Global order in the shadow of coronavirus: China, Russia and the West (Lowy)

The coronavirus pandemic has thrown a harsh spotlight on the state of global governance. Faced with the greatest emergency since the Second World War, nations have regressed into narrow self-interest. The concept of a rules-based international order has been stripped of meaning, while liberalism faces its greatest crisis in decades. In this Lowy Institute publication, the French Institute for International Relations (IFRI)’s Bobo Lo argues that it’s time to rethink global governance and its priorities.

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The UN at 75: a real declaration of intent, or multilateral virtue signalling?

An atmosphere of unreality is building in advance of the virtual meeting of world leaders on 21 September 2020 to mark the 75th anniversary of the United Nations (UN). Nothing demonstrates this more than the proposed draft declaration. Rather than reaffirming the UN’s centrality, the draft declaration’s faux earnestness jars amid the current international reality. Additionally, it ignores the biggest challenge to multilateralism.

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The future of multilateralism and strategic partnerships (Elena Lazarou)

The current European Commission has set the defence and reform of multilateralism as one of its key priorities. In this ideas paper from the EU Parliament’s Research Service, Elena Lazarou tackles the question of how to achieve the EU’s objective in an environment where coronavirus has exacerbated the struggle to uphold multilateralism in a climate of growing nationalism, protectionism and rising great power competition.

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Sino-US competition: the importance of disaggregating China’s revisionism (Michael Clarke)

Revisionism as a strategy in international politics, and China’s revisionism in particular, however is not the “all-or-nothing” proposition portrayed by US secretary of state, Mike Pompeo. A more accurate understanding of the factors that have driven Beijing’s transition between different types of revisionist behaviour suggests that rhetoric such as Pompeo’s will merely reinforce China’s move toward more problematic revisionist behaviours.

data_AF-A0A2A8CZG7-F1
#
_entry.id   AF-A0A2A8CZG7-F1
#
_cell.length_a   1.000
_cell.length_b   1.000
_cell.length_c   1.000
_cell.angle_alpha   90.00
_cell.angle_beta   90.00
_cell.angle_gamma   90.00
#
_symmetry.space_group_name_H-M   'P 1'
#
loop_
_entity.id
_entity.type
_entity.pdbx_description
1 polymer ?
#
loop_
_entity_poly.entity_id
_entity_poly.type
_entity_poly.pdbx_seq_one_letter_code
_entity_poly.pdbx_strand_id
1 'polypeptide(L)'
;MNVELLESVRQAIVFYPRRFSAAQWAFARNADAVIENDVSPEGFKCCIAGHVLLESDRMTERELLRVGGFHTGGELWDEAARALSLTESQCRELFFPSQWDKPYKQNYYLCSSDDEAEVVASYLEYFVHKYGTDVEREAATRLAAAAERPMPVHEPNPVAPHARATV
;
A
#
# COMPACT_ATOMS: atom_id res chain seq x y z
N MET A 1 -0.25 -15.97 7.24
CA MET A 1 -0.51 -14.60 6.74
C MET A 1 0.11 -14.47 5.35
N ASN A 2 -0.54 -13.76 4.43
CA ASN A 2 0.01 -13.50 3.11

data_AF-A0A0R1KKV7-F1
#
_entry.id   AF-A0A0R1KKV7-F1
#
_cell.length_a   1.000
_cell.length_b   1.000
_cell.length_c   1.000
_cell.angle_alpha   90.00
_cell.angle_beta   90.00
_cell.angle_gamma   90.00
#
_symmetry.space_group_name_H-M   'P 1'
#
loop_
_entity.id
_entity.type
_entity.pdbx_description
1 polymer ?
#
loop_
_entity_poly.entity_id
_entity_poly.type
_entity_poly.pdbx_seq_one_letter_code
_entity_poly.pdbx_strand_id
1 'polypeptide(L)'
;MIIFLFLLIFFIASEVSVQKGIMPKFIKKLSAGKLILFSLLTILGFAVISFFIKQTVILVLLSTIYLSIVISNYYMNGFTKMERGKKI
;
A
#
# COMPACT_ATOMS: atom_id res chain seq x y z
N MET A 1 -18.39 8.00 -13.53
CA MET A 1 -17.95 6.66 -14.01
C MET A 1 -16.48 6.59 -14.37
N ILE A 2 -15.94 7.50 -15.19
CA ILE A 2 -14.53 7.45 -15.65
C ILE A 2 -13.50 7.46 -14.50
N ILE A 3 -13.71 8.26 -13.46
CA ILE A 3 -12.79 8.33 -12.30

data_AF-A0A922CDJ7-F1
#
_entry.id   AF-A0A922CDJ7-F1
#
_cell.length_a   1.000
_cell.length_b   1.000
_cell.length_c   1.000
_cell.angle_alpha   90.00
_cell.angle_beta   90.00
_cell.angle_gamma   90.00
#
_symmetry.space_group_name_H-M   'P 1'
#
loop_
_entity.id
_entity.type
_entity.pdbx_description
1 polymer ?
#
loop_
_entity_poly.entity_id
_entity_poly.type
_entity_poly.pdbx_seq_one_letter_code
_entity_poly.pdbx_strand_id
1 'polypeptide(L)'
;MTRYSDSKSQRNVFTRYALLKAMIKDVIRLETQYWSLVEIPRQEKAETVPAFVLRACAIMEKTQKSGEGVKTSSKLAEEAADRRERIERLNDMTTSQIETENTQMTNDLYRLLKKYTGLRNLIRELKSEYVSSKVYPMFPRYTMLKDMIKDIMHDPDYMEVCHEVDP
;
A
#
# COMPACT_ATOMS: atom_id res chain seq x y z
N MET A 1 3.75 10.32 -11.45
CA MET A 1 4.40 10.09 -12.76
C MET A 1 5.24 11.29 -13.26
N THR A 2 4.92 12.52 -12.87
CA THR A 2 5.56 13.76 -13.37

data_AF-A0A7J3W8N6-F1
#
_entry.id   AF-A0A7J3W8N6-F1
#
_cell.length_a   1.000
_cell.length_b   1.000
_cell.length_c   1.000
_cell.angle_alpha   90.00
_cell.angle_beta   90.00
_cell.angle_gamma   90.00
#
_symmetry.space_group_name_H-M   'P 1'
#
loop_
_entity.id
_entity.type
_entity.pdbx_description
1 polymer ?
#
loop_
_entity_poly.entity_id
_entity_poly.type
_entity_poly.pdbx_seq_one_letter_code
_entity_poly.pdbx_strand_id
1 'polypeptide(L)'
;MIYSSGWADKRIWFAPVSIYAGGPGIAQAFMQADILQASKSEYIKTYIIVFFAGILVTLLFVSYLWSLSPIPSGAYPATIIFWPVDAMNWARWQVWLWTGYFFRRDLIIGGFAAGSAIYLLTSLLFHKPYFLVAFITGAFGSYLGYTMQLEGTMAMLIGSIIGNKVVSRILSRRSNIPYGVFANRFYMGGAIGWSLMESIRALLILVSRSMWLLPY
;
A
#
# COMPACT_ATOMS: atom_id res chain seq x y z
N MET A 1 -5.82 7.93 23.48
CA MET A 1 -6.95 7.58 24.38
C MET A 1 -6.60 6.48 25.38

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Australian Foreign Minister Marise Payne

Australia’s foreign policy: Resurgent realism or the survival of multilateralism?

Conceptual confusion in thinking about foreign policy is evident as the post World War II era’s structured international arrangements of durable institutions and agreed norms – designed to facilitate peaceful dispute resolution and cooperation on security, economic and social matters between nations – is challenged by the United States and others.

The indeterminacy over whether a gradual transition from the rules-based order to a degree of anarchy is taking place is generating a certain dissonance in the speechmaking of leading Australian political figures.

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The Trumping of international law and democratic institutions

In the past, presidents used the potency of the American liberal democratic ideal to rally like-minded nations and to rein in and chasten the world’s miscreants. The liberty and justice rhetoric appealed to and generated hope among peoples suffering under autocracy and oppression. The ideal inspired and could be leveraged for influence. While US society was never perfect, American leaders always claimed to be progressively moving towards its ideal and that was the basis of US claims for world leadership.

But under President Trump, the important institutions of constitutional democracy and international law have recently suffered serious damage. The long-term prospects for peace and stability have been undercut as a result.

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